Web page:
Wednesday, 7 March 2018 : 3rd Week of Lent, Memorial of St. Perpetua and St. Felicity, Martyrs (Homily and Scripture Reflections)

Liturgical Colour : Purple/Violet

Dear brothers and sisters in Christ, in today’s Scripture readings, we listened to the Lord speaking to us about His laws and commandments, which He had given to us His people. In the first reading today, we heard about the Lord speaking through Moses, His servant, teaching His people about the laws and commandments. The people were reminded to follow the Law and to obey God in all that He had taught them to do.

God has blessed them with His commandments and norms which He did not yet reveal to the other people and nations, and He expected them all to obey those laws and commandments. And He showed to them that if they remained true and faithful to His laws and commandments, they would be blessed and honoured, and they would be able to enjoy the graces He gave to them, in the land promised to them, all the prosperity meant for them as He promised their ancestors.

It is also exactly what the Lord Jesus reiterated in the words He said in the Gospel passage today. Yet, we see in those words, the frustration that the Lord showed as He was faced with opposition by the Pharisees and the teachers of the Law. Why is that so? That is because the Pharisees and the teachers of the Law accused the Lord Jesus and His disciples of trying to supplant the Law they carefully and zealously guarded, with a new version of the Law.

But Jesus rebuked them and said that what He brought unto them was the true meaning and obedience to the Law which God had revealed to His people so long ago through Moses. The problem lies in the fact that the laws as preserved and observed by the Pharisees and the teachers of the Law had been misunderstood and misapplied in such a way that the people were not able to appreciate why is it that they need to be faithful and obedient to the Law.

At that time, most of the Pharisees and the teachers of the Law were so focused on their aim to purify the people of Israel from all of their past impurities and sins, that they ended up creating many more rules and regulations which distracted the people of God from the true intention of the Law that is to bring the people closer to God and to love God more in their daily life. They were so caught up in their attempt to live up to their so-called obedience to the laws of Moses that they forgot why they ought to be doing all those actions and to Whom they ought to be doing it.

Brothers and sisters in Christ, what the Lord Jesus had done was merely to redress the errors of the Pharisees and the corruption which had twisted the laws and commandments of God. He revealed to us all the true meaning of the Law, that is love. For all the rules and regulations added in and modified by the elders and the traditions of the Jewish people, the actual Law is truly simple, that is to love God with all of our entire effort, and to love one another with the same kind of love.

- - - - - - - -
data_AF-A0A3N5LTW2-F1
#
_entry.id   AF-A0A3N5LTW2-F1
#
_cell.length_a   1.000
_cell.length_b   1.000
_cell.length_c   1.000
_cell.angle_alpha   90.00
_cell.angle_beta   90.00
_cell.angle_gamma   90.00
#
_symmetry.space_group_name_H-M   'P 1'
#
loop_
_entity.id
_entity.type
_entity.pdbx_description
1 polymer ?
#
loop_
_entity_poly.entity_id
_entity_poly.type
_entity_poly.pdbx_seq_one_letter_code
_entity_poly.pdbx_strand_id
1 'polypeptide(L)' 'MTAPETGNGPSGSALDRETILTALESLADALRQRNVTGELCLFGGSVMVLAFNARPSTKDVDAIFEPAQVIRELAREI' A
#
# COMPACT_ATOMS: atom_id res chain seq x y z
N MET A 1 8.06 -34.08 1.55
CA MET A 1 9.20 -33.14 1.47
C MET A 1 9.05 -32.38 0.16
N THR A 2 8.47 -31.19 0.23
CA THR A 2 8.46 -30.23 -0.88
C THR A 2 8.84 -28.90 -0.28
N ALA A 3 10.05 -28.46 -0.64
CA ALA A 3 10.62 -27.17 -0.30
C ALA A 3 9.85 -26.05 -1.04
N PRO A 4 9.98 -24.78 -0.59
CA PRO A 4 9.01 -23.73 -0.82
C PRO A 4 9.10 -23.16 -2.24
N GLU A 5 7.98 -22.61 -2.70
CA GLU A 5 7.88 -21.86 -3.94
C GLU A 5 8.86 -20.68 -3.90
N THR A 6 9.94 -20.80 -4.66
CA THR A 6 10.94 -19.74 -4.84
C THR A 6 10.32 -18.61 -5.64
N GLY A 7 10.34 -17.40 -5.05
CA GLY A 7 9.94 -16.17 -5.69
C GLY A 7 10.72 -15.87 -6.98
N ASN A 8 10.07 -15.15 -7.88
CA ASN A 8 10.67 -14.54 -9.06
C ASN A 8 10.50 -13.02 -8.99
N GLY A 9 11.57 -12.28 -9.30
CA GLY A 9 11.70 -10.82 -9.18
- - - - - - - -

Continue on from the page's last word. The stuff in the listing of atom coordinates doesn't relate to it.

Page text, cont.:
That is all that the Lord wanted from His people, a pure and unconditional love, just as He Himself has loved them first with that kind of love, commitment and devotion. Unfortunately, that was not what He received from His people, and when He came into their midst, in Jesus Christ, all that He received was scorn, rejection and refusal to believe in Him and His truth.

Brothers and sisters in Christ, let us reflect, is that our attitude as Christians as well? Is that how we have treated the Lord? So far in our respective lives how many of us have truly lived them with true obedience to the Lord, loving Him genuinely in all that we do and say, in every action we take and in every moment? Or have we blindly obeyed or followed the ways and the rules taught to us by the Church without really understanding why we have done so?

Today, we celebrate the feast of St. Perpetua and St. Felicity, two renowned saints and martyrs of the Church, who lived during difficult years of intense persecution against the Church and the faithful, under the Roman Empire. St. Perpetua was a young noblewoman who resolved to become a Christian convert despite the objection from her father, while St. Felicity was a young slavewoman, who were imprisoned together with St. Perpetua for their faith.

They remained strong in their faith despite the physical sufferings and torture they had to endure, all the ridicule, scorn and anger directed at them, because of their great love for God. They did not mind enduring the same hatred of the world just as the Lord Himself had endured it. They willingly embraced martyrdom rather than to give up their faith in God. Their courage and commitment to the Lord inspired many people even many centuries after their passing from this world.

Now, brothers and sisters in Christ, are we able to live the same Christian life as St. Perpetua and St. Felicity have lived theirs? Are we able to love God in the same way that God has loved us, that is with all of our hearts, minds, bodies and souls, with our entire beings? Let us all make use of this time of Lent to prepare ourselves mentally, spiritually and physically to grow deeper in our love and commitment to God.

May the Lord be with us all, and may He awaken in each one of us the same love, dedication and commitment as shown by His saints and martyrs, especially St. Perpetua and St. Felicity, whose memory we remember today. Let us ask for their intercession, that by their prayers God may be moved to call us all to Himself, to be forgiven and redeemed from our sins and unworthiness. St. Perpetua and St. Felicity, pray for us. Amen.

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